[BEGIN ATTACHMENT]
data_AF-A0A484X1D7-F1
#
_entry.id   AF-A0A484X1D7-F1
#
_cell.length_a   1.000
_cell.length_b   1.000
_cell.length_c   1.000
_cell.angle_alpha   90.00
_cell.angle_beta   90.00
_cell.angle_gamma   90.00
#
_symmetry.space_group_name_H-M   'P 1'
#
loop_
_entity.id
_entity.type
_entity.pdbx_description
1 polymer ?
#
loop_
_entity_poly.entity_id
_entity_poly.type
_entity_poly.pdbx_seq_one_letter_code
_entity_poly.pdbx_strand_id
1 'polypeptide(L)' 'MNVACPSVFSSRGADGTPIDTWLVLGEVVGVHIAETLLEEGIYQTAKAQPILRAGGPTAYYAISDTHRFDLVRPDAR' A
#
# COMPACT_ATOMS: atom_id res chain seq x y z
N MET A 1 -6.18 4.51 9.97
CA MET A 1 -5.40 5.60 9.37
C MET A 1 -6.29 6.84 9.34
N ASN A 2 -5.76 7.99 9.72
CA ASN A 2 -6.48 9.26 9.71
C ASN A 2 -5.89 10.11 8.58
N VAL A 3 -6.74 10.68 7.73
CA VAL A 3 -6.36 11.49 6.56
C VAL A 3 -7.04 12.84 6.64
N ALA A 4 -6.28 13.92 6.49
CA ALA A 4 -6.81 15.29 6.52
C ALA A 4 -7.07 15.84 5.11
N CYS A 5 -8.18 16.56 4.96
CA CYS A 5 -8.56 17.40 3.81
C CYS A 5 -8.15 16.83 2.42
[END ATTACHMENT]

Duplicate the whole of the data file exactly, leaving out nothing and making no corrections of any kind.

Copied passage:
data_AF-A0A484X1D7-F1
#
_entry.id   AF-A0A484X1D7-F1
#
_cell.length_a   1.000
_cell.length_b   1.000
_cell.length_c   1.000
_cell.angle_alpha   90.00
_cell.angle_beta   90.00
_cell.angle_gamma   90.00
#
_symmetry.space_group_name_H-M   'P 1'
#
loop_
_entity.id
_entity.type
_entity.pdbx_description
1 polymer ?
#
loop_
_entity_poly.entity_id
_entity_poly.type
_entity_poly.pdbx_seq_one_letter_code
_entity_poly.pdbx_strand_id
1 'polypeptide(L)' 'MNVACPSVFSSRGADGTPIDTWLVLGEVVGVHIAETLLEEGIYQTAKAQPILRAGGPTAYYAISDTHRFDLVRPDAR' A
#
# COMPACT_ATOMS: atom_id res chain seq x y z
N MET A 1 -6.18 4.51 9.97
CA MET A 1 -5.40 5.60 9.37
C MET A 1 -6.29 6.84 9.34
N ASN A 2 -5.76 7.99 9.72
CA ASN A 2 -6.48 9.26 9.71
C ASN A 2 -5.89 10.11 8.58
N VAL A 3 -6.74 10.68 7.73
CA VAL A 3 -6.36 11.49 6.56
C VAL A 3 -7.04 12.84 6.64
N ALA A 4 -6.28 13.92 6.49
CA ALA A 4 -6.81 15.29 6.52
C ALA A 4 -7.07 15.84 5.11
N CYS A 5 -8.18 16.56 4.96
CA CYS A 5 -8.56 17.40 3.81
C CYS A 5 -8.15 16.83 2.42